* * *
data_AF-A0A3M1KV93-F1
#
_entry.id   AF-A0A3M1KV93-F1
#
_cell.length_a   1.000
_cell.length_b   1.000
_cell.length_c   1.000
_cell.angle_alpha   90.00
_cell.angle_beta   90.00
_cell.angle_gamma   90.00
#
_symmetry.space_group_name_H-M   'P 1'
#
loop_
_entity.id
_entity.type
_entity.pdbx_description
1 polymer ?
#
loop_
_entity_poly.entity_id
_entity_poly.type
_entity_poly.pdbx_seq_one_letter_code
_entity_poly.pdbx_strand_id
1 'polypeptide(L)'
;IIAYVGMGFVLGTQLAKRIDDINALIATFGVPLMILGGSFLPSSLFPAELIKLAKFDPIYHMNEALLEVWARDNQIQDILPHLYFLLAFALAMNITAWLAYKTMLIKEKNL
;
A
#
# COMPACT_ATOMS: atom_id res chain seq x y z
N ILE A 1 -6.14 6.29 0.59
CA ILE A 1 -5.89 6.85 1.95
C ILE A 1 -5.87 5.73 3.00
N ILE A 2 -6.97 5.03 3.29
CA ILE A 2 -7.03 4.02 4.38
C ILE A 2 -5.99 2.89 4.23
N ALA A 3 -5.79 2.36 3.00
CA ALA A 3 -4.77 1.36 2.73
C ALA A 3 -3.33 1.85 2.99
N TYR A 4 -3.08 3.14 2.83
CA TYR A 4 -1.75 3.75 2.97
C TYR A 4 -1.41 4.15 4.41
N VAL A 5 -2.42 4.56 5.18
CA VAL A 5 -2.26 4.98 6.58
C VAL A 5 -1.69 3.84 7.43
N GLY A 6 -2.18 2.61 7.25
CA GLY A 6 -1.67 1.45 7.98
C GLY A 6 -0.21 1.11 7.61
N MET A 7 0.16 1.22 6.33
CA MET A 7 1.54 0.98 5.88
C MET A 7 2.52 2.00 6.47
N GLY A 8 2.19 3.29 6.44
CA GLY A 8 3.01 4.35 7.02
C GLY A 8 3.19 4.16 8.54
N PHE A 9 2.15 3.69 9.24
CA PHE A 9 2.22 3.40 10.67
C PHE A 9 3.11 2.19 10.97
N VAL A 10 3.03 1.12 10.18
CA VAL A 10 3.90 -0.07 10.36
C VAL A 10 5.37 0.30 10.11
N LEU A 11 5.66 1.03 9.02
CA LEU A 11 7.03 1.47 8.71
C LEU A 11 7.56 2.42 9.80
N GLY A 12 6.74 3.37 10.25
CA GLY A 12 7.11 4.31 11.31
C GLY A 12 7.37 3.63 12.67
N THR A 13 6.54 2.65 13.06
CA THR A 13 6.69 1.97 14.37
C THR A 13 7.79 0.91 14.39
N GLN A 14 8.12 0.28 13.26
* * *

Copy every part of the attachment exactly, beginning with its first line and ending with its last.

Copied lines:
data_AF-A0A3M1KV93-F1
#
_entry.id   AF-A0A3M1KV93-F1
#
_cell.length_a   1.000
_cell.length_b   1.000
_cell.length_c   1.000
_cell.angle_alpha   90.00
_cell.angle_beta   90.00
_cell.angle_gamma   90.00
#
_symmetry.space_group_name_H-M   'P 1'
#
loop_
_entity.id
_entity.type
_entity.pdbx_description
1 polymer ?
#
loop_
_entity_poly.entity_id
_entity_poly.type
_entity_poly.pdbx_seq_one_letter_code
_entity_poly.pdbx_strand_id
1 'polypeptide(L)'
;IIAYVGMGFVLGTQLAKRIDDINALIATFGVPLMILGGSFLPSSLFPAELIKLAKFDPIYHMNEALLEVWARDNQIQDILPHLYFLLAFALAMNITAWLAYKTMLIKEKNL
;
A
#
# COMPACT_ATOMS: atom_id res chain seq x y z
N ILE A 1 -6.14 6.29 0.59
CA ILE A 1 -5.89 6.85 1.95
C ILE A 1 -5.87 5.73 3.00
N ILE A 2 -6.97 5.03 3.29
CA ILE A 2 -7.03 4.02 4.38
C ILE A 2 -5.99 2.89 4.23
N ALA A 3 -5.79 2.36 3.00
CA ALA A 3 -4.77 1.36 2.73
C ALA A 3 -3.33 1.85 2.99
N TYR A 4 -3.08 3.14 2.83
CA TYR A 4 -1.75 3.75 2.97
C TYR A 4 -1.41 4.15 4.41
N VAL A 5 -2.42 4.56 5.18
CA VAL A 5 -2.26 4.98 6.58
C VAL A 5 -1.69 3.84 7.43
N GLY A 6 -2.18 2.61 7.25
CA GLY A 6 -1.67 1.45 7.98
C GLY A 6 -0.21 1.11 7.61
N MET A 7 0.16 1.22 6.33
CA MET A 7 1.54 0.98 5.88
C MET A 7 2.52 2.00 6.47
N GLY A 8 2.19 3.29 6.44
CA GLY A 8 3.01 4.35 7.02
C GLY A 8 3.19 4.16 8.54
N PHE A 9 2.15 3.69 9.24
CA PHE A 9 2.22 3.40 10.67
C PHE A 9 3.11 2.19 10.97
N VAL A 10 3.03 1.12 10.18
CA VAL A 10 3.90 -0.07 10.36
C VAL A 10 5.37 0.30 10.11
N LEU A 11 5.66 1.03 9.02
CA LEU A 11 7.03 1.47 8.71
C LEU A 11 7.56 2.42 9.80
N GLY A 12 6.74 3.37 10.25
CA GLY A 12 7.11 4.31 11.31
C GLY A 12 7.37 3.63 12.67
N THR A 13 6.54 2.65 13.06
CA THR A 13 6.69 1.97 14.37
C THR A 13 7.79 0.91 14.39
N GLN A 14 8.12 0.28 13.26